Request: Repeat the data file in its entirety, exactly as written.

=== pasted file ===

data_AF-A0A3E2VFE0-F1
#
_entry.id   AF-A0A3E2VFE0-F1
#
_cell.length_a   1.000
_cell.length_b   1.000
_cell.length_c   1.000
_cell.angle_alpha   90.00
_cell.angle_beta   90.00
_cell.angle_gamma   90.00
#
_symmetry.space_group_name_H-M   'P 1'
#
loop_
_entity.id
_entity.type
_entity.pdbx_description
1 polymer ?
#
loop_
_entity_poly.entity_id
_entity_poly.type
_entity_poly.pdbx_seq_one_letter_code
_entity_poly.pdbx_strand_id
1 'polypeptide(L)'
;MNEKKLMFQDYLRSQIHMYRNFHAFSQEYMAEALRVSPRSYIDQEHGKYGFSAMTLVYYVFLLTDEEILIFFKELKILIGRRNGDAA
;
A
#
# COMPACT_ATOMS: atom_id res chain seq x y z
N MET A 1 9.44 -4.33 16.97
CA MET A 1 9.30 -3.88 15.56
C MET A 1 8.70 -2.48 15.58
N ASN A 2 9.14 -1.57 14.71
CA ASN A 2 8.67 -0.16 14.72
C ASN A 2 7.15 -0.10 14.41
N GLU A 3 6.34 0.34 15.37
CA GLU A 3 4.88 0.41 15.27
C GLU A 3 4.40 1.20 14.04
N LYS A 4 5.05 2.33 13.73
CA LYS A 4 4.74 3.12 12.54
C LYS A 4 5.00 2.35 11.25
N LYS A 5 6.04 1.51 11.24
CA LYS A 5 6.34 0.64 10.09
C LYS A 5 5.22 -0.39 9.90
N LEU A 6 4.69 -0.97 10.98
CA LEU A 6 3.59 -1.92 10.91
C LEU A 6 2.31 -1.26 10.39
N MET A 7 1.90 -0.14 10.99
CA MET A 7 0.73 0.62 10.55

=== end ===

data_AF-A0A3E2VFE0-F1
#
_entry.id   AF-A0A3E2VFE0-F1
#
_cell.length_a   1.000
_cell.length_b   1.000
_cell.length_c   1.000
_cell.angle_alpha   90.00
_cell.angle_beta   90.00
_cell.angle_gamma   90.00
#
_symmetry.space_group_name_H-M   'P 1'
#
loop_
_entity.id
_entity.type
_entity.pdbx_description
1 polymer ?
#
loop_
_entity_poly.entity_id
_entity_poly.type
_entity_poly.pdbx_seq_one_letter_code
_entity_poly.pdbx_strand_id
1 'polypeptide(L)'
;MNEKKLMFQDYLRSQIHMYRNFHAFSQEYMAEALRVSPRSYIDQEHGKYGFSAMTLVYYVFLLTDEEILIFFKELKILIGRRNGDAA
;
A
#
# COMPACT_ATOMS: atom_id res chain seq x y z
N MET A 1 9.44 -4.33 16.97
CA MET A 1 9.30 -3.88 15.56
C MET A 1 8.70 -2.48 15.58
N ASN A 2 9.14 -1.57 14.71
CA ASN A 2 8.67 -0.16 14.72
C ASN A 2 7.15 -0.10 14.41
N GLU A 3 6.34 0.34 15.37
CA GLU A 3 4.88 0.41 15.27
C GLU A 3 4.40 1.20 14.04
N LYS A 4 5.05 2.33 13.73
CA LYS A 4 4.74 3.12 12.54
C LYS A 4 5.00 2.35 11.25
N LYS A 5 6.04 1.51 11.24
CA LYS A 5 6.34 0.64 10.09
C LYS A 5 5.22 -0.39 9.90
N LEU A 6 4.69 -0.97 10.98
CA LEU A 6 3.59 -1.92 10.91
C LEU A 6 2.31 -1.26 10.39
N MET A 7 1.90 -0.14 10.99
CA MET A 7 0.73 0.62 10.55